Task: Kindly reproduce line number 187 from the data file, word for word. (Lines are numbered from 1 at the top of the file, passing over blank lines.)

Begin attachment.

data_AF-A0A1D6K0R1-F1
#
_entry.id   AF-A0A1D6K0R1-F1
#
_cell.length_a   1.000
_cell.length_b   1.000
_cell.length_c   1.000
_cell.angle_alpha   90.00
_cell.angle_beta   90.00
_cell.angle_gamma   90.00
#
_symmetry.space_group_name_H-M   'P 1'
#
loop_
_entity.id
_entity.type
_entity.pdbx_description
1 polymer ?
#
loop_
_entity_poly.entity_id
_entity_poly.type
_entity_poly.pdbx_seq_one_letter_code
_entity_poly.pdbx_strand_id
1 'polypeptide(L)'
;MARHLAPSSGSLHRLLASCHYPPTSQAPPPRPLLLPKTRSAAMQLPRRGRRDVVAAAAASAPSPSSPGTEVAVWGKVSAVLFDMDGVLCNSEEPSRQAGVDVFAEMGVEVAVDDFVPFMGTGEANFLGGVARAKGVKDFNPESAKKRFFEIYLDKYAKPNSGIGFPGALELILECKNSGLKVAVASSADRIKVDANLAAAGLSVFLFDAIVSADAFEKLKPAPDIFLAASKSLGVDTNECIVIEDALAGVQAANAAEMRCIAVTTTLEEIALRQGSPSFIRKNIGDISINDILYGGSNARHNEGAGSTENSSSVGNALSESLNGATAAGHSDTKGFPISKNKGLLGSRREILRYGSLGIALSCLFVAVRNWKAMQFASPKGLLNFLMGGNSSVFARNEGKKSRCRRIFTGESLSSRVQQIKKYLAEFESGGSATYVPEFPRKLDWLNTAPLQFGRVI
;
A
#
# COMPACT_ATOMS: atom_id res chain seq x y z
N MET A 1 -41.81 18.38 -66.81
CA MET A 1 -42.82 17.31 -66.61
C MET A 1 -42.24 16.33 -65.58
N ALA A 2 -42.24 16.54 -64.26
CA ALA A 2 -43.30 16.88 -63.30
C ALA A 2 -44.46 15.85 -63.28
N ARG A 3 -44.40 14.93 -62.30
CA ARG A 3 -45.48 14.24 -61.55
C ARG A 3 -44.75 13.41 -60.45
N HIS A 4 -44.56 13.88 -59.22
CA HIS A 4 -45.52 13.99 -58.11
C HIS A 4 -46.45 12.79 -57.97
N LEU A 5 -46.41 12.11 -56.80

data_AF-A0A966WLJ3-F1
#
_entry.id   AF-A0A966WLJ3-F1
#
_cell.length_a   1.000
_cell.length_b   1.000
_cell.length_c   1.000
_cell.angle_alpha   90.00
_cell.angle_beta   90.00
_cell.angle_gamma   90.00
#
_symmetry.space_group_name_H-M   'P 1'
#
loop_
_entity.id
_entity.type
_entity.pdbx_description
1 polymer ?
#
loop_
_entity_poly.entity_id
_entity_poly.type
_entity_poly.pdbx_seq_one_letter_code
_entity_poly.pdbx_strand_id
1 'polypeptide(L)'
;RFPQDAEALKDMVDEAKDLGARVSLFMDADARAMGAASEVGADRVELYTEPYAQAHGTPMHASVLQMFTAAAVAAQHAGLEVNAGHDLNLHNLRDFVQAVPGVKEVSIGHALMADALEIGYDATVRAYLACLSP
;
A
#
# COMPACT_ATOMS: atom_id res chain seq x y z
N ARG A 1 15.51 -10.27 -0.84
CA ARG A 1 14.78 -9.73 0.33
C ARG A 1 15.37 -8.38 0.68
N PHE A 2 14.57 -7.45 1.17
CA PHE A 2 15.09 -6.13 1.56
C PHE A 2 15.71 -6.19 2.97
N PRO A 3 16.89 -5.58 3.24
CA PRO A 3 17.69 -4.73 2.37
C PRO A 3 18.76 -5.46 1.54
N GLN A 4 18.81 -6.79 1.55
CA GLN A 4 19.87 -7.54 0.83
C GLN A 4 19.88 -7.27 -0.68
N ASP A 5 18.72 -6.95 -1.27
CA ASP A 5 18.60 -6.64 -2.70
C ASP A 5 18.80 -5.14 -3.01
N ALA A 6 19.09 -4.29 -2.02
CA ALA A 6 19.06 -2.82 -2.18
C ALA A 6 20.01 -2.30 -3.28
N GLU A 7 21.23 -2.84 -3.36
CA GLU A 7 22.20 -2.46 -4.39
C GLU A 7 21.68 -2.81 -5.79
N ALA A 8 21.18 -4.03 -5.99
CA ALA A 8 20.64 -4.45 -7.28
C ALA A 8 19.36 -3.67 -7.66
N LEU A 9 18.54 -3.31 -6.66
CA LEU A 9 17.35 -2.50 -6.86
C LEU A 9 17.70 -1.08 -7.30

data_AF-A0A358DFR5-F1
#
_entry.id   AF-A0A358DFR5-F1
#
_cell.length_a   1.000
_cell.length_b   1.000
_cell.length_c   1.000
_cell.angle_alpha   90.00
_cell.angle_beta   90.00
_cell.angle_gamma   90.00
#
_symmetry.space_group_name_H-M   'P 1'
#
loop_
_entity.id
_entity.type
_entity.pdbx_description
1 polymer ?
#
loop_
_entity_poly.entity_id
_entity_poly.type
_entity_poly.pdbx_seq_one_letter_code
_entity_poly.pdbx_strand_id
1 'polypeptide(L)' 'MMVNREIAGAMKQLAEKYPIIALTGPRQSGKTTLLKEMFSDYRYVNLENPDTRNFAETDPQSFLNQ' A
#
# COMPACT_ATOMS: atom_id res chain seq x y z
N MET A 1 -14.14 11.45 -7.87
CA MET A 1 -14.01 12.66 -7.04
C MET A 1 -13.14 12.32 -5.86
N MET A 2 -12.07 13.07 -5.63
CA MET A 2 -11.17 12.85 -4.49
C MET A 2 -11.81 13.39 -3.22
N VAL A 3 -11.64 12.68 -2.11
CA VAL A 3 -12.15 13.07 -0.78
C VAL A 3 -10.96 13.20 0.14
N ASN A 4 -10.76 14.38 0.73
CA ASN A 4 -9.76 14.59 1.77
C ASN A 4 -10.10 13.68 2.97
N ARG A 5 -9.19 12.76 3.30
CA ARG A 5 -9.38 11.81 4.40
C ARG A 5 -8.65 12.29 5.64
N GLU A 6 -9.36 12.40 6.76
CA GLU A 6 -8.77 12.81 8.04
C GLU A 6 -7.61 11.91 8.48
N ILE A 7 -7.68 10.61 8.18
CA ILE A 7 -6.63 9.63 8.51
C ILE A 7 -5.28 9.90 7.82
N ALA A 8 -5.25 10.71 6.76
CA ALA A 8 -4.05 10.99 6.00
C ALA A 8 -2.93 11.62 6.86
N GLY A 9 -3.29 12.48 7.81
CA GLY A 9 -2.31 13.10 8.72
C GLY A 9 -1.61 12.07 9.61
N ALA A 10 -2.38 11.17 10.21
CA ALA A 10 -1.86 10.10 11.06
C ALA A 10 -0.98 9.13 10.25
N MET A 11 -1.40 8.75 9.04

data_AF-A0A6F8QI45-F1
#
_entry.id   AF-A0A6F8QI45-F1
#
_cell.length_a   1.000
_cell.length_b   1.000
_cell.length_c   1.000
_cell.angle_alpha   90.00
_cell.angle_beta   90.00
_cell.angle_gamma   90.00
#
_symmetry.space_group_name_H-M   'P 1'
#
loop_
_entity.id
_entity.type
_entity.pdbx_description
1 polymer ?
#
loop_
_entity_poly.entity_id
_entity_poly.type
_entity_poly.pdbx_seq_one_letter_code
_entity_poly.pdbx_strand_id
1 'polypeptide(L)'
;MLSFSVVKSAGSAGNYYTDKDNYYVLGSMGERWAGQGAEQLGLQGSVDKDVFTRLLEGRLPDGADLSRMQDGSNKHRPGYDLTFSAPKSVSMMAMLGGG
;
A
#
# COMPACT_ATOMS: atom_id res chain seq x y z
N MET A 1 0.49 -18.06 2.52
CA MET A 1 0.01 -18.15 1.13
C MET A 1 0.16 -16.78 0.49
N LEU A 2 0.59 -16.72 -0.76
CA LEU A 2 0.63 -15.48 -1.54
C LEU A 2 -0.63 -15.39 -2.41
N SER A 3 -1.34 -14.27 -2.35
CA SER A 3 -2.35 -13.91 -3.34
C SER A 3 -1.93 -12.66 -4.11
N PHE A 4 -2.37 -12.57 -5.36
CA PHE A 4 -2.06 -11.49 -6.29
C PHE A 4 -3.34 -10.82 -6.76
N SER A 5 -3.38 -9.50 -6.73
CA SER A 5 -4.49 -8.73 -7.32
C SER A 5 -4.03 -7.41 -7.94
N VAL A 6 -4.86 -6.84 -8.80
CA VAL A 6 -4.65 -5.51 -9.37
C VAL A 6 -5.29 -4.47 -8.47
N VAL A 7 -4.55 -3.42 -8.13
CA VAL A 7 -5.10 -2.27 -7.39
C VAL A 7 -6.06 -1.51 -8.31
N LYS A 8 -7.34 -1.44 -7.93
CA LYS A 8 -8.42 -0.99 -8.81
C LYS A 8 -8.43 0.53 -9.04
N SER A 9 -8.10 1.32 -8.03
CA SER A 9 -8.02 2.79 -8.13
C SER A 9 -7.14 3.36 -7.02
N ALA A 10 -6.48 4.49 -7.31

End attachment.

#